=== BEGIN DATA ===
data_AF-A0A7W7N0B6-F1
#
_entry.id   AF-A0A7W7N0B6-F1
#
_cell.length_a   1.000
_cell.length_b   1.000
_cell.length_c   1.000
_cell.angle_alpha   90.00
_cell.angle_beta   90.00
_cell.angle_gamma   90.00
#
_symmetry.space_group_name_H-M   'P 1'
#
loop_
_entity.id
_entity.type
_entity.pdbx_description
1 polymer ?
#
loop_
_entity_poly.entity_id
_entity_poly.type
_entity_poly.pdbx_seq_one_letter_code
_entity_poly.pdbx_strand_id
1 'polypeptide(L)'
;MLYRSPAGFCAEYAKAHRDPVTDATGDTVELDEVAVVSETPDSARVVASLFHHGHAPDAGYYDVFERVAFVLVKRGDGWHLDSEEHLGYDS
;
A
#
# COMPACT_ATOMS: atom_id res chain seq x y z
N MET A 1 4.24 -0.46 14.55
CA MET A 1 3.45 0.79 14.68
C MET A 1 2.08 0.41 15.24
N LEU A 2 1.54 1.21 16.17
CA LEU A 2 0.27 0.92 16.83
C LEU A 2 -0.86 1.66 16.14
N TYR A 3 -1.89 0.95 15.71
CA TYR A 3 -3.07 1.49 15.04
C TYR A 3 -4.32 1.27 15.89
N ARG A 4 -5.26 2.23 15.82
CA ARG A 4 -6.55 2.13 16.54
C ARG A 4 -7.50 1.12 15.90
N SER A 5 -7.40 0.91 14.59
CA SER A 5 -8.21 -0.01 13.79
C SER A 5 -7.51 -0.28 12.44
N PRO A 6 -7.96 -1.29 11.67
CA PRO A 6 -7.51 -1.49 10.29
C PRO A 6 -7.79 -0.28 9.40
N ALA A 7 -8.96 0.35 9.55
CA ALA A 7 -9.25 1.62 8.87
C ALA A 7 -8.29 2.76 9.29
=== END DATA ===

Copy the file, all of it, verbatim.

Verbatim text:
data_AF-A0A7W7N0B6-F1
#
_entry.id   AF-A0A7W7N0B6-F1
#
_cell.length_a   1.000
_cell.length_b   1.000
_cell.length_c   1.000
_cell.angle_alpha   90.00
_cell.angle_beta   90.00
_cell.angle_gamma   90.00
#
_symmetry.space_group_name_H-M   'P 1'
#
loop_
_entity.id
_entity.type
_entity.pdbx_description
1 polymer ?
#
loop_
_entity_poly.entity_id
_entity_poly.type
_entity_poly.pdbx_seq_one_letter_code
_entity_poly.pdbx_strand_id
1 'polypeptide(L)'
;MLYRSPAGFCAEYAKAHRDPVTDATGDTVELDEVAVVSETPDSARVVASLFHHGHAPDAGYYDVFERVAFVLVKRGDGWHLDSEEHLGYDS
;
A
#
# COMPACT_ATOMS: atom_id res chain seq x y z
N MET A 1 4.24 -0.46 14.55
CA MET A 1 3.45 0.79 14.68
C MET A 1 2.08 0.41 15.24
N LEU A 2 1.54 1.21 16.17
CA LEU A 2 0.27 0.92 16.83
C LEU A 2 -0.86 1.66 16.14
N TYR A 3 -1.89 0.95 15.71
CA TYR A 3 -3.07 1.49 15.04
C TYR A 3 -4.32 1.27 15.89
N ARG A 4 -5.26 2.23 15.82
CA ARG A 4 -6.55 2.13 16.54
C ARG A 4 -7.50 1.12 15.90
N SER A 5 -7.40 0.91 14.59
CA SER A 5 -8.21 -0.01 13.79
C SER A 5 -7.51 -0.28 12.44
N PRO A 6 -7.96 -1.29 11.67
CA PRO A 6 -7.51 -1.49 10.29
C PRO A 6 -7.79 -0.28 9.40
N ALA A 7 -8.96 0.35 9.55
CA ALA A 7 -9.25 1.62 8.87
C ALA A 7 -8.29 2.76 9.29